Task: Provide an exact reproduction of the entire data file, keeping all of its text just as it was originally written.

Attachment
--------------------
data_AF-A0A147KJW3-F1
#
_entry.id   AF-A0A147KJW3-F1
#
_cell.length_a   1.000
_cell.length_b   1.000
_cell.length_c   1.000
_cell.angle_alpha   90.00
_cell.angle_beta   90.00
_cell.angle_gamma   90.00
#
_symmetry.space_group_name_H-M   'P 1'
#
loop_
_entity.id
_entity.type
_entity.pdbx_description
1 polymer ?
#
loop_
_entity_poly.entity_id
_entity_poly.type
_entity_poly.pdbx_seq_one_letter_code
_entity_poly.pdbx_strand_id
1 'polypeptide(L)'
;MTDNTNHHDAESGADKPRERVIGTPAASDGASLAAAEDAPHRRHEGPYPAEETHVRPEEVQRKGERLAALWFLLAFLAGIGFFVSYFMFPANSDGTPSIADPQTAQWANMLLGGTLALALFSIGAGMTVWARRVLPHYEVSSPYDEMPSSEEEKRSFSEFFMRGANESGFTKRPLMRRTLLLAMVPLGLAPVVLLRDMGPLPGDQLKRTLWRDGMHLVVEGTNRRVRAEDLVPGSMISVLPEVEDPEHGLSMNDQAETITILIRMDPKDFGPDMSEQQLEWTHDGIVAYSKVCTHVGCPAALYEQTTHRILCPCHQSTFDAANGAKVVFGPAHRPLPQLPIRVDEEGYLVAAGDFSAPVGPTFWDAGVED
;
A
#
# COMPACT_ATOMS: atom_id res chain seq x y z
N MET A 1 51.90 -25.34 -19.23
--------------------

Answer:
data_AF-A0A147KJW3-F1
#
_entry.id   AF-A0A147KJW3-F1
#
_cell.length_a   1.000
_cell.length_b   1.000
_cell.length_c   1.000
_cell.angle_alpha   90.00
_cell.angle_beta   90.00
_cell.angle_gamma   90.00
#
_symmetry.space_group_name_H-M   'P 1'
#
loop_
_entity.id
_entity.type
_entity.pdbx_description
1 polymer ?
#
loop_
_entity_poly.entity_id
_entity_poly.type
_entity_poly.pdbx_seq_one_letter_code
_entity_poly.pdbx_strand_id
1 'polypeptide(L)'
;MTDNTNHHDAESGADKPRERVIGTPAASDGASLAAAEDAPHRRHEGPYPAEETHVRPEEVQRKGERLAALWFLLAFLAGIGFFVSYFMFPANSDGTPSIADPQTAQWANMLLGGTLALALFSIGAGMTVWARRVLPHYEVSSPYDEMPSSEEEKRSFSEFFMRGANESGFTKRPLMRRTLLLAMVPLGLAPVVLLRDMGPLPGDQLKRTLWRDGMHLVVEGTNRRVRAEDLVPGSMISVLPEVEDPEHGLSMNDQAETITILIRMDPKDFGPDMSEQQLEWTHDGIVAYSKVCTHVGCPAALYEQTTHRILCPCHQSTFDAANGAKVVFGPAHRPLPQLPIRVDEEGYLVAAGDFSAPVGPTFWDAGVED
;
A
#
# COMPACT_ATOMS: atom_id res chain seq x y z
N MET A 1 51.90 -25.34 -19.23